are due to the
lack of
accurate
borehole data, and
to
the
uncertainty

in
correlati
ng
outcropping formations
with

possible equivalents in the subsurface. Also the
unclear

role of the Bazzano
-
Monticchio

ridge
threshold in separating two different sub
-
basins
during Early
-
Middle Pleistocene
may hamper
correlation of their respective
sedimentary
units.


Bazzano
1 line

(B1)


The multi
-
scale
inversion
consisted in 11 inversion runs.

Both the long
-
wavelength
model
(
Fig.
4
a
) and the short
-
wavelength model (Fig.

4c
)
reveal
evident lateral heterogeneities below
a
very
low Vp
(
< 1500 m/s)

near
-
surface
layer
~
30
-
50 m thic
k
.
The most noticeable feature,
captured since the first inversion runs, is the pronounced
low
-
Vp
region

extending between 500
and 900 m distance and 100
-
300 depth
(hereinafter depths
are

relative to the ground surface)

(Fig.
4a)
.

Here,
a
low
Vp (1500
-
2000 m/s)
body
is
found below
two
higher Vp
wedges

(Vp
~

2500 m/s
,
Fig.

4b)
.
The low
Vp anomaly
overli
es a
high
Vp

(3500
-
4000 m/s) region
imaged at the bottom of
the long
-
wavelength model
between
25
0

and
35
0 m

depth
(Fig. 4a).

Th
is
high
Vp
region
dips
towards NE and rapidly rises on the
SW

side of the model

(Fig. 4a
)
.


T
he
near
-
surface
layer
may be related
to
Late Pleistocene
-
Holocene
unconsolidated
alluvia
of the Aterno R
iver
and
to
older fluvial deposits similar to the

Middle

Pleistocene fluvial
gravels

and

sands
outcropping at the northern border of the
basin

(S. Mauro Fm., BERTINI & BOSI, 1993)
.
This shallow layer
also
include
s

to the SW
alluvial fan
deposits
fed by Mt. Ocre
. The
two bodies
with
Vp ~ 2500 m/s
(Fig.
4c
)

can be related to
coarse
fluvial sediments
similar
to the Early
Pleistocene cycle described for the Middle Aterno basin so far (see Section 2).

Anyway, the
SW

wedge
could
also
define
a
n
older,

thick alluvial fan fed by the mountains behi
nd
, buried beneath
the basin
. The ~ 200 m thick low Vp (1
5
0
0
-
200
0

m/s) body responsible for the strong velocity
inversion in the middle of the section is reasonably
related to lacustrine
and palustrine
silts and

clays
of the Early Pleistocene cycle

(
equivalent to the
S. Nicand
r
o Fm.
,

BERTINI & BOSI, 1993)
,
which lie below
coarse fluvial
deposits

of the subsequent
depositional stage

(PAG
-
7 Unit of GALLI
et alii
, 2010)
. As regards the
deep
high Vp body (
Vp
~ 35
00
-
4000

m/s)
, it
is
interpreted as
the
Meso
-
Cenozoic
substratum
(
limestone
s

and
thin rem
n
ants of
Miocene sandstones
)
that
crops out
close to
Bagno village
.
Thus, the
band
marked by a strong

vertical gradient
, with

Vp

increasing
from 3500 m/s to 4000 m/s
,

can be considered
as
representative
of the top of the
pre
-
Quaternary
bedrock
.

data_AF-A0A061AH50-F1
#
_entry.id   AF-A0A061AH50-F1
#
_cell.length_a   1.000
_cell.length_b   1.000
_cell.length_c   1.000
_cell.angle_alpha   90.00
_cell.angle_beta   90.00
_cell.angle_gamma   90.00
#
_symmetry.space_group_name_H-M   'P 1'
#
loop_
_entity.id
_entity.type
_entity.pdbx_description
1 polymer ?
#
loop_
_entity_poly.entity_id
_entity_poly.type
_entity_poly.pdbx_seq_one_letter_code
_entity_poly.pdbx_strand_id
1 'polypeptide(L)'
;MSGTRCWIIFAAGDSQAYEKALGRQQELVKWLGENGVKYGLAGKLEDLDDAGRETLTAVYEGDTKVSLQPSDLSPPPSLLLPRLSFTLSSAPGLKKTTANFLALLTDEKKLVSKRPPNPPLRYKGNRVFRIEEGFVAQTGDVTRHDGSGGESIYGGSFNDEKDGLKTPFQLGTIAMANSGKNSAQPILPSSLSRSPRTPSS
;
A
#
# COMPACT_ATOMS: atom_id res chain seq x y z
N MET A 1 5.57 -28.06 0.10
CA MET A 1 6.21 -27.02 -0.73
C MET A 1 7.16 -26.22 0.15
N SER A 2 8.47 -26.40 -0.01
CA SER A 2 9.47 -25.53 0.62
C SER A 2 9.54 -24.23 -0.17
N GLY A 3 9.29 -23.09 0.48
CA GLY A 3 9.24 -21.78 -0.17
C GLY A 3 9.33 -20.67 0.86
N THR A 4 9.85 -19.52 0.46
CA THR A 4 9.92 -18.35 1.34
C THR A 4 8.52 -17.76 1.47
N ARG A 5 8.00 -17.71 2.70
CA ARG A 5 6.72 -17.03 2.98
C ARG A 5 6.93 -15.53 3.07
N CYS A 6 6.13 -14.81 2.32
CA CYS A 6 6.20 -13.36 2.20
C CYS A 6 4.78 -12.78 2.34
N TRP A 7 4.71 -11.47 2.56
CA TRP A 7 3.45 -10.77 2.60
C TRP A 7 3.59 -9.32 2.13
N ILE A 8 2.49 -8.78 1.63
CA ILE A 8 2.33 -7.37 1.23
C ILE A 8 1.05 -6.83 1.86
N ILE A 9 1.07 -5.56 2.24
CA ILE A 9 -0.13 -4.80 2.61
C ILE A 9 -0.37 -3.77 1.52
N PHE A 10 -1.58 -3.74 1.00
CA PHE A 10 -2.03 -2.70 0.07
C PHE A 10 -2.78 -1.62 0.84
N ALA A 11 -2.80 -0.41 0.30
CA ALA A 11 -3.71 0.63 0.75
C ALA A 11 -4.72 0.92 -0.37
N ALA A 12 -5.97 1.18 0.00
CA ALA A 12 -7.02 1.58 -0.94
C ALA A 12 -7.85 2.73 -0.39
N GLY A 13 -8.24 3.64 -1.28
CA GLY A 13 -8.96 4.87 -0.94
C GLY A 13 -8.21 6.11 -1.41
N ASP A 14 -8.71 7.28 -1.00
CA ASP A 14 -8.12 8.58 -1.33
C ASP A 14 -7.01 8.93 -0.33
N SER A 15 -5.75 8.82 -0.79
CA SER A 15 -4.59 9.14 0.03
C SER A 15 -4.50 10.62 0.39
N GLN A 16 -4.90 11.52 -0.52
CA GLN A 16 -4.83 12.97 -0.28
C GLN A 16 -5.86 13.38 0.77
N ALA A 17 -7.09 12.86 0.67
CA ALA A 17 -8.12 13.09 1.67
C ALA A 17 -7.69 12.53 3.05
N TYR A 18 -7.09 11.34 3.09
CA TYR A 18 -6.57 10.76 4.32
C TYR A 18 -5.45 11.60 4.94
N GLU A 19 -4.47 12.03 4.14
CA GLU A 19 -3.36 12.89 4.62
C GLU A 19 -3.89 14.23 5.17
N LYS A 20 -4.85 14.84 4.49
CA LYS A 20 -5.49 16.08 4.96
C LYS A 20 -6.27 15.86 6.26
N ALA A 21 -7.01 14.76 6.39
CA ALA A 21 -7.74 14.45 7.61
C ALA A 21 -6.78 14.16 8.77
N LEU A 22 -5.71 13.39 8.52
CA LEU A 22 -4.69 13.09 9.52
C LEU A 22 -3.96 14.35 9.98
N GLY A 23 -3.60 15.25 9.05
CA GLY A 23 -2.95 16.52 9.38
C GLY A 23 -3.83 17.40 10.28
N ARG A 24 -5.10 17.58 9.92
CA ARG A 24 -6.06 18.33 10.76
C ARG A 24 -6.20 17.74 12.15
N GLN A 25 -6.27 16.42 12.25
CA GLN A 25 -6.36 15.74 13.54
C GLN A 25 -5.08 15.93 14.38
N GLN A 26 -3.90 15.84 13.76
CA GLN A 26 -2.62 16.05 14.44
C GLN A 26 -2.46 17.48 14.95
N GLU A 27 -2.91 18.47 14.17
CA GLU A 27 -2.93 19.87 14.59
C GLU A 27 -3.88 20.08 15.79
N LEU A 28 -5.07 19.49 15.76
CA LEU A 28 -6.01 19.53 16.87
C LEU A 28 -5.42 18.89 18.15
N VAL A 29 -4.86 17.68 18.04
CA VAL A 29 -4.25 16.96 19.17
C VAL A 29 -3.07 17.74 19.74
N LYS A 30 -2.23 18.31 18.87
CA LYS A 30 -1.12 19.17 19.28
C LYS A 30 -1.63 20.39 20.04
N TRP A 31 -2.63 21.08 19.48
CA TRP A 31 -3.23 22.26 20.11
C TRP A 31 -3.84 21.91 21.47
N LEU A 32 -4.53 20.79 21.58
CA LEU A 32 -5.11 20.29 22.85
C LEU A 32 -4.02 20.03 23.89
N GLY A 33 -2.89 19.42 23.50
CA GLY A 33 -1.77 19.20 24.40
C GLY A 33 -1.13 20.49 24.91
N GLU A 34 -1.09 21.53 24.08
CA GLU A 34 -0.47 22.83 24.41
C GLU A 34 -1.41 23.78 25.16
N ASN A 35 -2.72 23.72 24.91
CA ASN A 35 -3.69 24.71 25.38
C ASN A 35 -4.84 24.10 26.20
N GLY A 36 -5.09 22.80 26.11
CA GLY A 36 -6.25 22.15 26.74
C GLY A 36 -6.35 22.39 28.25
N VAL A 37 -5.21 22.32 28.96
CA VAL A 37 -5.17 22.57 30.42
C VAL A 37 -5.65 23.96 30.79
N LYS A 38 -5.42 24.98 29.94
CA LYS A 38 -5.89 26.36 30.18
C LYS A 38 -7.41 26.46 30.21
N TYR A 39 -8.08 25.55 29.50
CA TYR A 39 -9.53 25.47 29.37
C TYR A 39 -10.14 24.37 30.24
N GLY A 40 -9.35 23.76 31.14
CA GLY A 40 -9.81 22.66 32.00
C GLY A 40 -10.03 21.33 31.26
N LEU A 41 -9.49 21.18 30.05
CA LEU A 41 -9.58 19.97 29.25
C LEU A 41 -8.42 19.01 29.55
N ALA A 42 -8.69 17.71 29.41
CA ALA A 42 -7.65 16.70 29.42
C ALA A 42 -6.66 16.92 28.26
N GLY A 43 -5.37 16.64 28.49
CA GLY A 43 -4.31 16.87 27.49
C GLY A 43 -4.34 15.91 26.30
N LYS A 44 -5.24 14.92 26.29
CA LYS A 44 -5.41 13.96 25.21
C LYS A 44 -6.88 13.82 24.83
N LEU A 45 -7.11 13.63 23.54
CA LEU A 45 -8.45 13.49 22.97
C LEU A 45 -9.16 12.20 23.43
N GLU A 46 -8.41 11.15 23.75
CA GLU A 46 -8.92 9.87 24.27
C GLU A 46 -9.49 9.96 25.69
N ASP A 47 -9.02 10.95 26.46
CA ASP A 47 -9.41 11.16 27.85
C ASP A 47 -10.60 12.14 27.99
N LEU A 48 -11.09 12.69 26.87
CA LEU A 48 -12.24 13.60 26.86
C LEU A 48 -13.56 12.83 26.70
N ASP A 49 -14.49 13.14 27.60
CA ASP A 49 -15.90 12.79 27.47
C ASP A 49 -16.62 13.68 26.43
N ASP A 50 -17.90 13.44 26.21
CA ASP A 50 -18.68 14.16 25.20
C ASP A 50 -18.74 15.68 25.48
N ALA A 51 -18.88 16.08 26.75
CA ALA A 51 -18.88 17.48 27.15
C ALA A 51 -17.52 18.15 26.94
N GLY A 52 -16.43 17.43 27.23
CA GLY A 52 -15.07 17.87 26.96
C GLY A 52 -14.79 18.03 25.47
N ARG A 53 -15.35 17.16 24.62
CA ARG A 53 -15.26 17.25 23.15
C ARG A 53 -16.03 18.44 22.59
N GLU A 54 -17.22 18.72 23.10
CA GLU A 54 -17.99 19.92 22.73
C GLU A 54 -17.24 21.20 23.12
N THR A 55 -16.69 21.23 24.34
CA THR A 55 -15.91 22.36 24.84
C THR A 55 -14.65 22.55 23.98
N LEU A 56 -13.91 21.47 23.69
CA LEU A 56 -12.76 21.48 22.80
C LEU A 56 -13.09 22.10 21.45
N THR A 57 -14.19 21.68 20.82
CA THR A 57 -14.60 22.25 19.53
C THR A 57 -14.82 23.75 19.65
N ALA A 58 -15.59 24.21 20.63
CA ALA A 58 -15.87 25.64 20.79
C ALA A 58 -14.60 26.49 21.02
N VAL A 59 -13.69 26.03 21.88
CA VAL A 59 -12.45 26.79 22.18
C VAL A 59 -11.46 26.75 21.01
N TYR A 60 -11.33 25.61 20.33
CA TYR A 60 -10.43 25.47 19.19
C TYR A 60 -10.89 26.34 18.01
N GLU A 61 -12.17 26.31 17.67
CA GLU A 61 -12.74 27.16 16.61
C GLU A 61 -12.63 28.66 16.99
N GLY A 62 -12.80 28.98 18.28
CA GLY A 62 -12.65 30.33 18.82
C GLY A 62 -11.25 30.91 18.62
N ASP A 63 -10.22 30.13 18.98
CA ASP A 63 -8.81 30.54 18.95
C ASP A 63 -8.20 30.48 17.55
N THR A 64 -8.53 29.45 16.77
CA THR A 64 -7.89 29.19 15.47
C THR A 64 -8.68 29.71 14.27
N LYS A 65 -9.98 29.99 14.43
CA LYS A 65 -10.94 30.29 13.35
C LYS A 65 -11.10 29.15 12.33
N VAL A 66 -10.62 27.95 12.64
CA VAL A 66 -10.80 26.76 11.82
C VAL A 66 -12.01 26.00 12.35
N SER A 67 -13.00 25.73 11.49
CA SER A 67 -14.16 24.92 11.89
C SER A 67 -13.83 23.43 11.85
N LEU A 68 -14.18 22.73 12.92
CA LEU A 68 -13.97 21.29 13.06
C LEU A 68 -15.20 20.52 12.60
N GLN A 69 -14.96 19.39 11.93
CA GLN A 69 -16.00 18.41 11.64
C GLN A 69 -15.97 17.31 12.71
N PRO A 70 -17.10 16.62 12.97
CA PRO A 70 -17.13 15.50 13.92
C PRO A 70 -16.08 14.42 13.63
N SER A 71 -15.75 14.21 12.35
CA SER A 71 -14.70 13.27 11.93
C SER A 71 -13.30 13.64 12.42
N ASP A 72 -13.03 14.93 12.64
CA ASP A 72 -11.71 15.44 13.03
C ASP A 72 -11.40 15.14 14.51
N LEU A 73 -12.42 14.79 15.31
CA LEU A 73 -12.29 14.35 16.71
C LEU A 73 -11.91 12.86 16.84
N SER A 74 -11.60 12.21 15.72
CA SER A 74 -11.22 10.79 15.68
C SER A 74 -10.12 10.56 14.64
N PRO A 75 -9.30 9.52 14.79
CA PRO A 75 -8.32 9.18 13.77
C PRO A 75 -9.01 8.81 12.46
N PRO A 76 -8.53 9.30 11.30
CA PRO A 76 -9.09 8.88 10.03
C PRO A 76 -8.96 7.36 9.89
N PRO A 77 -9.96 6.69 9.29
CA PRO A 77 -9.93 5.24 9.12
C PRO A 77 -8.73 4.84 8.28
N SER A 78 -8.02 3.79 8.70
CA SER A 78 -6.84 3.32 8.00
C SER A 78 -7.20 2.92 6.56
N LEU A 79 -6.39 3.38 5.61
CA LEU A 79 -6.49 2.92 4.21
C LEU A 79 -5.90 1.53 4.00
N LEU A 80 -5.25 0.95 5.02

T
his
interpretation
is based on the analysis of ray paths
relative to
critical refractions
and
on subsurf
a
ce
constr
a
ints

(see the

next two paragraphs

and
Figs. 3a
-
b
)
.
Moreover
, it

is
coherent
with
previous
tomographic
imaging of
int
ra
montane basins
in
the Apennines
(
IMPROTA

et alii
,
2003
,

BRUNO
et alii
, 2010a, BRUNO
et alii
, 2010b
,

IMPROTA

et alii
,
2010
)
.

Thus, the
infill thickness
in this sector
of the
Bazzano sub
-
basin
may
range

between

~
100
-
1
50 m at the
SW

margin
, close to
the Mt. Ocre slope,

and
~

300
-
35
0

m in the
NE

part of the
profile
.

This is the deeper depocenter of
the Middle Aterno

basin along the investigated transect.


Bazzano2 lin
e (B2)
.

The multi
-
scale inversion consisted in
12

inversion runs.

The near
-
surface is characterized by

very low Vp (< 1500 m/s)
deposits
,
~ 30
-
50 m thick,
which
thin at the NE end of the line (Fig. 5b).

In
t
he central
sector
of the
long
-
wavelength model
(Fig. 5a)
,
a thick region
approximately
homogenous
with velocities around 3000 m/s
extends down to 200
-
250 m depth
. A high Vp (3500
-
4500 m/s) body is found below
. The 3500
-
4000 m/s contours describe a slightly bumpy geometry
(Fig. 5a).
The high Vp body
is ~
180
-
2
0
0 m deep at 300
-
8
00 m distance, ~
2
5
0 m deep at 9
00
-
1
1
00
m distance, and abruptly rises from 2
0
0

m

to 100 m depth on the NE side of the model

in
correspondence of
a
n evident

lateral heterogeneity
(
~ 1
3
00 m distance
)
.


The
short
-
wavelength model

provides
relevant details on the
basin
infill (Fig.
5c
)
. A

weak
vertical velocity inversion characterizes the central portion of the model. Here, a
n upper layer with
Vp in the
2
50
0
-
2750 m/s range
lies
o
n lower velocity deposits (Vp
~ 2250 m/s), which in turn
laterally
grade into a
well
-
resolved

low
Vp
(1500
-
2000
m/s)
region

located
between 25
0
-
500 m
distance. This low Vp region

is similar to the one imaged beneath the
line
B1 at a comparable
depth range (75
-
150 m; Fig.
4c
).
Anyway

the low Vp body
of line B2 is located above
a shallow
er

substratum, evidenced by a well
-
resolved high Vp (3500
-
4500 m/s) structure,
whose top
can be
set to
180
-
22
0

m depth
based on ray path
s

of
critical
refractions (Fig.
3a
).

Model i
nterpretation is similar to the line

B1
. The
near
-
surface
includes recent alluvia
of the
Aterno River
and
fluvial

deposits
(
possibly equivalent to the
S. Mauro Fm
.; BERTINI & BOSI, 1993
)
,
while t
he upper layer (Vp
~
2500
-
2750 m/s)
,

~ 50
-
75

m thick, can be related to
coarse, dense
fluvial
gravels
and conglomerates
of the Early Pleistocene cycle (
Vall’Orsa Fm.,
Valle dell’Inferno
Fm.

of
BERTINI & BOSI 1993)
.
A

main difference
with respect to line B1
is the reduced extension of
the low Vp (1500
-
2000 m/s) body relatable to
fine
lacustr
ine
soils
(
equivalent to the
S. Nicandro
Fm. of BERTINI & BOSI 1993)
.

The weak vertical
velocity inversion imaged at ~ 100 m depth
may be
indicative of finer alluvial deposits

(Vp ~ 2250 m/s)
, which pass
south
-
westward
to etheropic